Professor of Medicine, UNC Charlotte Atrium Health, University of North Carolina Charlotte, NC
Baharak Moshiree, MD, MSc1, Philip S. Schoenfeld, MD, MSEd, MSc (Epi)2, Reema Patel, PharmD3, Sarah Lorenzen, PhD4, Ali Rezaie, MD, MSc5; 1Atrium Health, University of North Carolina, Charlotte, NC; 2John D. Dingell VA Medical Center, Detroit, MI; 3Bausch Health US, LLC, Bridgewater Township, NJ; 4Salix Pharmaceuticals, Inc., Bridgewater Township, NJ; 5Cedars-Sinai Medical Center, Los Angeles, CA
Introduction: Plecanatide, an approved treatment for chronic idiopathic constipation (CIC), replicates the pH-sensitive activity of uroguanylin in binding to guanylate cyclase-C receptors on intestinal epithelium. Since many individuals with CIC experience reflux and use concomitant acid suppression therapy, we explored the impact of concomitant acid suppressor use on the efficacy and safety of plecanatide in adults with CIC. Methods: Data on two 12-week, randomized, double-blind, placebo-controlled phase 3 clinical trials of plecanatide were pooled and results were stratified by concomitant acid suppressor use. For each group, durable overall complete spontaneous bowel movement (CSBM) response rates, changes from baseline in bowel movement frequency, stool consistency (Bristol Stool Form Scale), and daily CIC symptom scores (Likert Scale, 0=none to 4=very severe) were assessed. Safety was analyzed in patients who received ≥ 1 dose. Results: The intention-to-treat population (N=2639) included 12.6% of patients with concomitant acid suppressor use. Patients using acid suppressors were 54.8 years (mean), vs 43.9 years in those not using acid suppressors. Gastroesophageal reflux disease was more common in patients using acid suppressors (83.1%), compared to those not on acid suppressors (6.1%). Proton pump inhibitors (PPIs) were used by 86.4% of patients using acid suppressors with omeprazole as the most common PPI (45.1%); H2 blockers were used by 17.8% of subjects with ranitidine as the most common H2 blocker (9.8%). Regardless of acid suppressor use, plecanatide-treated patients demonstrated significant improvements in the durable overall CSBM responder rates (Figure 1) and greater efficacy across almost all reported endpoints (Table 1) vs placebo, with benefits observed as early as Week 1. Comparisons between acid suppressor use groups (yes vs no) were not significantly different for plecanatide-treated patients (both doses, Table 1). Of the plecanatide-treated patients on acid suppressors, 6.4% experienced diarrhea, 1.4% discontinued due to diarrhea, and 2.3% had ≥ 1 serious adverse event (SAE), compared to 5.0% (diarrhea), 2.1% (discontinued due to diarrhea), and 1.0% (SAE) of patients not using acid suppressors. Discussion: Plecanatide is a safe and effective treatment for CIC when administered with acid suppression therapy. Regardless of acid suppressor use, efficacy responses in plecanatide groups were significantly greater than placebo.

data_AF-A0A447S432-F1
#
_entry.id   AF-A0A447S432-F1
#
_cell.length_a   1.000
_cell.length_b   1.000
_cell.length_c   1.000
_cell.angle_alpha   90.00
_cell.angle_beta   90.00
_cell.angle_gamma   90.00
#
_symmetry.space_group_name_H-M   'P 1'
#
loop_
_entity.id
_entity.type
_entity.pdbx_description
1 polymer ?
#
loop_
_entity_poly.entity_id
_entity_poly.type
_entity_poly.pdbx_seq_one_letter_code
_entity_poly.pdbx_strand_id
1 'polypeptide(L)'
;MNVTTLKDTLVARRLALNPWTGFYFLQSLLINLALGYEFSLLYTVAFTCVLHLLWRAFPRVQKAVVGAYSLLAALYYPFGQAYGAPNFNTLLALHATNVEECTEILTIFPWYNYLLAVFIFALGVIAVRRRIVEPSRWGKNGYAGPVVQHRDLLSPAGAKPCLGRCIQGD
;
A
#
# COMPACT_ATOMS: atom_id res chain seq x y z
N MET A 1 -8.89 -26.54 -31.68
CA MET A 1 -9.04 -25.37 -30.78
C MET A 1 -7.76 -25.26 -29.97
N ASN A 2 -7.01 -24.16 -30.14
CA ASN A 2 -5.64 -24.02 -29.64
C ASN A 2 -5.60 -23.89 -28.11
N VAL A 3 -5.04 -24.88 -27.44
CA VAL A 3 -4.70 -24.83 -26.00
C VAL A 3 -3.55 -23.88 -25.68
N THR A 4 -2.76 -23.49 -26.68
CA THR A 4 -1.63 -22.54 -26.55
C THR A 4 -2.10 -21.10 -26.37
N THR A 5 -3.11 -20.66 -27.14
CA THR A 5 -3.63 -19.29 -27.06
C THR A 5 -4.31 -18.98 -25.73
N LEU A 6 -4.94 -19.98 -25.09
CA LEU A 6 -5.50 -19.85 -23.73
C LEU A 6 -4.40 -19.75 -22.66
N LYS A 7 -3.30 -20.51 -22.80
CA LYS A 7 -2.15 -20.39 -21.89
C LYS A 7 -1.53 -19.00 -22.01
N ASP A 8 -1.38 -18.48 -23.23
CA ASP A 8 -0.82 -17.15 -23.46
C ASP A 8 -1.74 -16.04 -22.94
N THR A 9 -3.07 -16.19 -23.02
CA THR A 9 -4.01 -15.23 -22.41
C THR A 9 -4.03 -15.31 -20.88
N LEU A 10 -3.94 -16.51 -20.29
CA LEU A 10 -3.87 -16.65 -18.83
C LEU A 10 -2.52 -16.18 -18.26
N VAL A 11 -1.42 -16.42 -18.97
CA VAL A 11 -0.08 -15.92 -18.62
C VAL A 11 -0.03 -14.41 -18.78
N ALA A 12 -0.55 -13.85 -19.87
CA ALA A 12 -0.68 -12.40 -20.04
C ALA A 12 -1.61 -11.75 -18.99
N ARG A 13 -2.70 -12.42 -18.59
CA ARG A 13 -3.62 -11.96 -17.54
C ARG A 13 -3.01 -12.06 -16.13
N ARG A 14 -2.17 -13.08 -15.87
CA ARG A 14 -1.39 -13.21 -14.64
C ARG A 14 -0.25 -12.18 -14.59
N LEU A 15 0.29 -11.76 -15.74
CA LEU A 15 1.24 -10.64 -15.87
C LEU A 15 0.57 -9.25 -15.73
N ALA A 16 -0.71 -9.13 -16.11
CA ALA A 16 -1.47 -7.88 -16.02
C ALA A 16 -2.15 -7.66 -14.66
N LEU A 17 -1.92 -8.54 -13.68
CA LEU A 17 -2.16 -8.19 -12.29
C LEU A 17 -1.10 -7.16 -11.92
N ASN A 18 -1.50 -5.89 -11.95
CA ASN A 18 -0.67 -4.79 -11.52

Figure 1. Percentage of Patients With Durable Overall CSBM Response Stratified by Concomitant Acid Suppressor Use (ITT)
Table 1. Change From Baseline in Bowel Movement Frequency, Stool Consistency, and CIC Symptoms in Patients With and Without Concomitant Acid Suppression Therapy (ITT)